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After the fight: The complexities and humanity of Adrien Broner

Adrien Broner is back in boxing. He’s used to playing the role of heel and has made regrettable cringe-worthy comments, but he’s still human. 

Many adjectives could be used to describe Adrien Broner, many of them not complimentary, but he’s displaying much more vulnerability lately, which shows his humanity.

Broner has plenty of flaws, but so do I. So does everybody. His misdeeds in and out of the ring are more egregious than most. The descriptions of his alleged crimes in the past are disgusting, violent, and unacceptable.

Broner is no saint.

However, his past and present insinuate that his mental and emotional health and well-being are in turmoil, and Broner doesn’t seem to have the tools or resources to get better.

Earlier in Broner’s career, he was Floyd Mayweather Jr.’s protégé. He followed the mantra that all publicity is good publicity. That might of worked for Mayweather, but it was incredibly damaging for Broner.

After Broner steamrolled Antonio DeMarco in 2012, he showed flashes of a young Mayweather. He was 24-0 at the time and had a four-fight KO streak before he pummeled DeMarco for a round 8 TKO victory to win the WBC lightweight title. He was just 23 years old.

Broner’s ego grew out of control, and he drew further and further into the part of the villain until he embodied all aspects of that personality. The “About Billions” persona was a cancer for Broner, but he backed up the hype with wins, and his bank account ballooned.

Broner thought he was invincible, which is often a fatal flaw with abundantly successful youths. They lack the wisdom and hubris to foresee the destructiveness of a careless, hedonistic, and arrogant lifestyle and behavior.

Like a lot of young people, Broner had to learn the hard way.

It’s difficult to tell how many people tried to caution the budding Broner. He eventually burned his friendship with Mayweather as he tried to elevate his boxing standing over the legend’s. That was one of Broner’s many mistakes.

Broner became toxic. His chauvinistic behavior before the Paulie Malignaggi fight, as he bragged about stealing Malignaggi’s girl, was hard to stomach.

His antics before his next fight against Marcos Maidana pissed off fans as he taunted Maidana by giving him two middle fingers at the weigh-in. Broner didn’t realize that he was about to taste a painful dose of reality on Saturday, Dec. 14, 2013, in the form of Maidana’s fists.

He was thoroughly embarrassed in front of the world as he hit the canvas twice while being dry-humped around the ring by Maidana as he lost his WBA welterweight title. Still, Broner didn’t learn from that debacle.

Adrien Broner is starting to speak about his problems which could be the first step in improving his situation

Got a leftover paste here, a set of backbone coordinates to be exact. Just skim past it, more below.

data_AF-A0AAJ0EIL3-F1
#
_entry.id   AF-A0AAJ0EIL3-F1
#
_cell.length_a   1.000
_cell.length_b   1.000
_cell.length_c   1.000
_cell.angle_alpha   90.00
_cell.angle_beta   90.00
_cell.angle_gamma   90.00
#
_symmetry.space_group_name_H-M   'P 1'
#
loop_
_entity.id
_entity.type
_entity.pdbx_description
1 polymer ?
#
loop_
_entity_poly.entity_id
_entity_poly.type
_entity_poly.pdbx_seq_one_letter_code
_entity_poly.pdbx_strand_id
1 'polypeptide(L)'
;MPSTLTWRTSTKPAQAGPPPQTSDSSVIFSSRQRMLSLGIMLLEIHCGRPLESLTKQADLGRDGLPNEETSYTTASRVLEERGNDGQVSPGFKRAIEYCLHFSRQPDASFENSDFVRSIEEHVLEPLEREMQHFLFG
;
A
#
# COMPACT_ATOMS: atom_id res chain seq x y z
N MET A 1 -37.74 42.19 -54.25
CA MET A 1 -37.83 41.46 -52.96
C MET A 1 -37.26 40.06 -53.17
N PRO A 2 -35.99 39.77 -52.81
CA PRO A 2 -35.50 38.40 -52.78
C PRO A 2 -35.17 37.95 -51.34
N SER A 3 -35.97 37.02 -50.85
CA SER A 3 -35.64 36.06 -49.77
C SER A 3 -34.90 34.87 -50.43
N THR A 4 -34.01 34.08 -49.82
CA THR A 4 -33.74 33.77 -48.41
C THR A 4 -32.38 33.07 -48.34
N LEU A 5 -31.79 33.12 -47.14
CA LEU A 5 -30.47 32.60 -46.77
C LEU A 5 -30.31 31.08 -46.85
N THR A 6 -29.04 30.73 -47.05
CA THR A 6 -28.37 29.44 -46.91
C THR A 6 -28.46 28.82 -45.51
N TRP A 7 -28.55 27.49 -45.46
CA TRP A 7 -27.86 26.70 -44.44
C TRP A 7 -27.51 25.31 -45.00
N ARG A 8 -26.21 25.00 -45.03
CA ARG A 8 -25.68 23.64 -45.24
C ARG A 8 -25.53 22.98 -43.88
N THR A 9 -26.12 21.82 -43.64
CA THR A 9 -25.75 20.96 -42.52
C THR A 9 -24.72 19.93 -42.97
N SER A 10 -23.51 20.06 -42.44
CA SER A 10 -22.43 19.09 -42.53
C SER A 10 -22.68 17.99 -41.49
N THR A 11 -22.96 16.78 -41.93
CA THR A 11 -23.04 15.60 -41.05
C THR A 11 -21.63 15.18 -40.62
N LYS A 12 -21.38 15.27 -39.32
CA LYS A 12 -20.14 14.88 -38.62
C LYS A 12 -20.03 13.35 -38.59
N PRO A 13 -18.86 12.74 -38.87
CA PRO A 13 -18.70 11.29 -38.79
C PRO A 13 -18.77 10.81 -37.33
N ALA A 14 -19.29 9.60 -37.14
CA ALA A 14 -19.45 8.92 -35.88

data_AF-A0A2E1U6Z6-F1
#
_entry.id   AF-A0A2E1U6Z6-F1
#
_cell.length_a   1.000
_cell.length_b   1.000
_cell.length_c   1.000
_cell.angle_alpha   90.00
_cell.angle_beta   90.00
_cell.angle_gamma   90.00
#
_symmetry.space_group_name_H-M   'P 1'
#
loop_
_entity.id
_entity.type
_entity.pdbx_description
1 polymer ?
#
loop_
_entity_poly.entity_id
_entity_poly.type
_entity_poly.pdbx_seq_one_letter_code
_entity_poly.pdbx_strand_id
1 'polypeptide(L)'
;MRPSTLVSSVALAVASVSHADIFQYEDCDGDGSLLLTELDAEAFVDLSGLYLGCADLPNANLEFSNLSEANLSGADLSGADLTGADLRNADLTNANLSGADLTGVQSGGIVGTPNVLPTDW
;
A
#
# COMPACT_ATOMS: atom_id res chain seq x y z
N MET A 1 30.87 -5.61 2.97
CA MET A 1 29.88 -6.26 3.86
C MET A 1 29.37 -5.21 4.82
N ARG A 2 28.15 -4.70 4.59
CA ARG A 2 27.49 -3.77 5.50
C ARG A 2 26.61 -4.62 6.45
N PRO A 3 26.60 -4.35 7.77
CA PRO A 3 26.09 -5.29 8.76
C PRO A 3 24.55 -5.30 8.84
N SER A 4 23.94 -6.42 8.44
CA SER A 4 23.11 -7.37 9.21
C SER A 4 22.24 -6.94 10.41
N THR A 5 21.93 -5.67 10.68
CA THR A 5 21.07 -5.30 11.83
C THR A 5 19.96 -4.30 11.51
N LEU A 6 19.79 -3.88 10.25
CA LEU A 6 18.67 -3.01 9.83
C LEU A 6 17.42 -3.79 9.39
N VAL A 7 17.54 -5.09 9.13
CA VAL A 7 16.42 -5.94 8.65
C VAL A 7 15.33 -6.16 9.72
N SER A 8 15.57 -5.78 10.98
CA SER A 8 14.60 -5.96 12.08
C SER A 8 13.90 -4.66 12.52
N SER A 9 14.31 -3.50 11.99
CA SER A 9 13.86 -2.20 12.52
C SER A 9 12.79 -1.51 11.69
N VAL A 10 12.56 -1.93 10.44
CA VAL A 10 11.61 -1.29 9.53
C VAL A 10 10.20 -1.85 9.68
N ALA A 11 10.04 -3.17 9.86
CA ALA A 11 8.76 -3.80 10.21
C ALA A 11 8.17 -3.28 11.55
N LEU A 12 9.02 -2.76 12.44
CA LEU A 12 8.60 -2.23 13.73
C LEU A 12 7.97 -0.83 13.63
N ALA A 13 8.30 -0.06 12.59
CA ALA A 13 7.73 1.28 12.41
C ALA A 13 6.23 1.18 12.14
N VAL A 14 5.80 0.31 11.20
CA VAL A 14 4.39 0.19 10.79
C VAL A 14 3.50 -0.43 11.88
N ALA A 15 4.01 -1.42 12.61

Broner grew cautious in the ring to the point where his punch output dwindled. If you can’t punch, you can’t knock out your opponent. His KO rating fell off a cliff, and he became an above-average fighter.

Broner is to blame for his downfall, and he’s just starting to see that. He still flashes some of his old bravado and still wants the attention that comes from outrageous quotes. Broner proved that he can still be lewd and condescending. His comments about gravy and his sex life before the Santiago fight showed that. Broner also made shameful comments about boxing commentator Steve Farhood merely because Farhood produced an honest scorecard with Broner losing to Santiago.

The CompuBox stats support Farhood’s card. Don’t downplay the statistics. They help paint a clear picture which is that Broner struggled in his return bout.

The difference is that Broner’s ugly comments this time around come from another place. They are defensive and disguising. I believe that Broner is hurt by criticism today where he would have paid no attention to it in 2012. Words hurt him. The truth hurts him.

During the media conference before the Santiago fight, Broner talked honestly with me for a few minutes. He was burnt out from boxing but also burnt out from his lifestyle. Yes, much of that is his own doing, but he has reached out for help in his own way.

Broner has made suicidal comments on multiple occasions via social media. It was a cry for help then, but I’m afraid that those laments have gone unheeded. Broner has gained wisdom over the years, and at 31 years old, he knows that he can’t continue his self-destructive behavior without serious consequences.

Broner sees boxing as his therapy. It’s his solution to staying out of trouble. He told me that after the Santiago fight.

“If they don’t get me in the ring, I’ll f**k around and get more cases, bro,” said Broner. “I don’t know. Trouble just find me somehow. The only way I stay out of trouble is if I’m training. I don’t know why God got my life set up like this. I just try to make the best of it. Right now, I’m in a mind state to stay focused on boxing, and as long as I can do that, I’ll stay out of trouble.”

His comments were a quasi denial and half admission of guilt. Broner does know how he gets into trouble to a degree. Broner was straight with me and admitted that he likes to drink and party too much. Those factors are ingredients to his problems. Broner recognizes that and is trying to do something to change his path.

But I wonder if he can fully help himself. Does Broner have serious mental health issues that require treatment? I think so, and he may not even see it or be healthy enough to recognize it. His previous threats of self-harm are severe and require urgent attention. I’m not part of Broner’s inner circle. Maybe he has sought treatment. I hope he has.

Broner is a father, a husband, a person with a heart, and maybe he needs some compassion and guidance. He’s done plenty of things wrong, but maybe he needs someone to assist in making things right.

 

 

 


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